Despite the legendary pronouncement as a child in a huff that I don’t like Italian gelato, I do like a decent ice cream once in a while and since Marine Ices is a right trek from my house and i haven’t made it to Gelupo yet, I have always fancied the notion of having an ice cream maker.

So when I discovered that John Lewis have a new model out for a mere £35 that comes well recommended by Which? I couldn’t resist. While waiting for it to arrive, I browsed several recipes for ice cream and compiled a list of ones to try. I also put out a batcall for other people’s favourites on Twitter and the hands down mentioned-a-million-times winner was this David Lebovitz recipe for salted caramel butter ice cream. Luckily my machine turned up sooner than expected and I had time to freeze the bowl for 24 hours prior to a friend coming for dinner during the week.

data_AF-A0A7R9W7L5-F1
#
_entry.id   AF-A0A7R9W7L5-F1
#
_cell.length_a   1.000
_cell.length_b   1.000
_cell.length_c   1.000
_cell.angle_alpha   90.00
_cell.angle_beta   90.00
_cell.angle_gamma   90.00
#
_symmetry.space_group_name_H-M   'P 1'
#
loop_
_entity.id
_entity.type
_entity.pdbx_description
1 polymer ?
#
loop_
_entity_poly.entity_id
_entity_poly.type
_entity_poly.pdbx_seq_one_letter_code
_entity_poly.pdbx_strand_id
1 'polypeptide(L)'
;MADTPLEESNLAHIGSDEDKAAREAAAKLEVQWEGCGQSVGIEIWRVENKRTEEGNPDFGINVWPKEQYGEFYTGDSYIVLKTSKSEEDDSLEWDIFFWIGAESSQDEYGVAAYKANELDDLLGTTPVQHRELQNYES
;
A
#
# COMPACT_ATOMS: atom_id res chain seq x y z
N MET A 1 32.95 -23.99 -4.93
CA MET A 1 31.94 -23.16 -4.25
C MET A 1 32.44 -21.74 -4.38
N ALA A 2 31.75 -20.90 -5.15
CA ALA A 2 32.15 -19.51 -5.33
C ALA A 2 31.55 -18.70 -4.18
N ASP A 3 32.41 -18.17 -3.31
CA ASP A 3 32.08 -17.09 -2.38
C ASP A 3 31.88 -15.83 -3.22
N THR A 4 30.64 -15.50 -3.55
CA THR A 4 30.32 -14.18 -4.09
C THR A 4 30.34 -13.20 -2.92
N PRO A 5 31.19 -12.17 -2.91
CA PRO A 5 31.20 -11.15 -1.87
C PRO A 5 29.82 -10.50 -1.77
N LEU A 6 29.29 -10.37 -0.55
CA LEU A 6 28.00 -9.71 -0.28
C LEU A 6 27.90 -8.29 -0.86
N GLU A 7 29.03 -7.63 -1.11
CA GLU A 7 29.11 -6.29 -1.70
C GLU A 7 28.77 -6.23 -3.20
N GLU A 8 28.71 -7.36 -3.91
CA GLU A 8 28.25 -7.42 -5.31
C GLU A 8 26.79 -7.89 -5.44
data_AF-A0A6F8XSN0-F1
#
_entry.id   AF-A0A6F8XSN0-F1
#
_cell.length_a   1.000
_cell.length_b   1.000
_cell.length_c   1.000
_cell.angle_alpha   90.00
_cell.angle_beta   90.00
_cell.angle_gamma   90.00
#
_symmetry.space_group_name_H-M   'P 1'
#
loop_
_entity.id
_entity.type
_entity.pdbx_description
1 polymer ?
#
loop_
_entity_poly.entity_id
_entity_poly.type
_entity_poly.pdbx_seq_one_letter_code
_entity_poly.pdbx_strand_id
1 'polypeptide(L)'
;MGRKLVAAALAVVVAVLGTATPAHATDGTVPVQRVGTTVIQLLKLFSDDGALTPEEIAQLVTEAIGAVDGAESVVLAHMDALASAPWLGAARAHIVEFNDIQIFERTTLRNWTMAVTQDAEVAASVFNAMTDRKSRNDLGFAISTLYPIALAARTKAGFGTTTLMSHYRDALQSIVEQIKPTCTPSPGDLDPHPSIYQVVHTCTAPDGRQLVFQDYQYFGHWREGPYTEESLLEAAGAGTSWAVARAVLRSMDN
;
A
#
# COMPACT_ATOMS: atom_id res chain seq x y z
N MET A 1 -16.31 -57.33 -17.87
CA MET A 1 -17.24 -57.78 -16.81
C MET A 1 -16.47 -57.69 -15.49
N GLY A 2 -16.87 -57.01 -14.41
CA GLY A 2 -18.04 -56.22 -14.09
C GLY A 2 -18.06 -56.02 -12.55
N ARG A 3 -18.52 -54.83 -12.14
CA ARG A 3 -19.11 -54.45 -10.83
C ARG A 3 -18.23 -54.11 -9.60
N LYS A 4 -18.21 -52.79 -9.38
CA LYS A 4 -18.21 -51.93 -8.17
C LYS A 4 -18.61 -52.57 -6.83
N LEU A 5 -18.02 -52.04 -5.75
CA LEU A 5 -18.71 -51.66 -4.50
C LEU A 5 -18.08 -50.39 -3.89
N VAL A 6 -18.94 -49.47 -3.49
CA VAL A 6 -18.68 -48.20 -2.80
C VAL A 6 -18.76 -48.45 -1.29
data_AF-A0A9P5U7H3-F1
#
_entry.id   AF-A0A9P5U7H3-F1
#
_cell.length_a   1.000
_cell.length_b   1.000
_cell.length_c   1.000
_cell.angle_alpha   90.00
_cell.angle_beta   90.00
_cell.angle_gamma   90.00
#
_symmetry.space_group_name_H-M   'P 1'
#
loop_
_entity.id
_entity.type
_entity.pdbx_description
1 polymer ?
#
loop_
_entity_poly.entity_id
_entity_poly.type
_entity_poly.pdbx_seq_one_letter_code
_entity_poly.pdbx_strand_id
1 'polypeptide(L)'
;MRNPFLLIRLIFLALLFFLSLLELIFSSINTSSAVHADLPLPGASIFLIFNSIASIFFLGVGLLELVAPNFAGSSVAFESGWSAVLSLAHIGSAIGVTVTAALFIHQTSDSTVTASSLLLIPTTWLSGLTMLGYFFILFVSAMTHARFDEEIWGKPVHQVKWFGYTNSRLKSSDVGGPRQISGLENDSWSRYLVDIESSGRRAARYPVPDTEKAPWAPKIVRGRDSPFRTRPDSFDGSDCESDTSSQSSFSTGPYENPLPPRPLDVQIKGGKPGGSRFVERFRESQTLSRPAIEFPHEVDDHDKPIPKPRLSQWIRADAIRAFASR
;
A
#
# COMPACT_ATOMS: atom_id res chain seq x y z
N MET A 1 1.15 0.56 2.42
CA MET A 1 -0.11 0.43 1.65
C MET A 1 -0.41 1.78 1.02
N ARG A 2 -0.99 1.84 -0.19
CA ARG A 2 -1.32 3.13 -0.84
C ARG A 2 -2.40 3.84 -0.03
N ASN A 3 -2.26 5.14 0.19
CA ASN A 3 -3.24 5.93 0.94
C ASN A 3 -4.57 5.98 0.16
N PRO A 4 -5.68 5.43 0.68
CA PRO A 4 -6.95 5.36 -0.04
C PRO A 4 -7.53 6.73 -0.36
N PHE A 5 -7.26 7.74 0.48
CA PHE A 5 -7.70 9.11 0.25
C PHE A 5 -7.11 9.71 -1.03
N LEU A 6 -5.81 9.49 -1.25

On the day, I rather tredipidiously making the recipe. Lizzie over at Hollow Legs found it tricky and since I’d spent the weekend burning sugar like it’s a superpower, I felt this might go off piste if I wasn’t careful. I decided to concentrate on the cooking carefully, so I don’t have any photos of the various stages, just the end product. The original recipe page has some though if you find that helpful.

I started off making the caramel brittle that would be used to add bite and intensity to the ice cream. This is basically sugar melted til golden brown and bubbling, infused with some Maldon sea salt and then spread out on a baking tray as thin as possible til hardened. It was surprisingly quick and easy, although since the sugar is hotter than the sun, you do need to pay attention while doing it.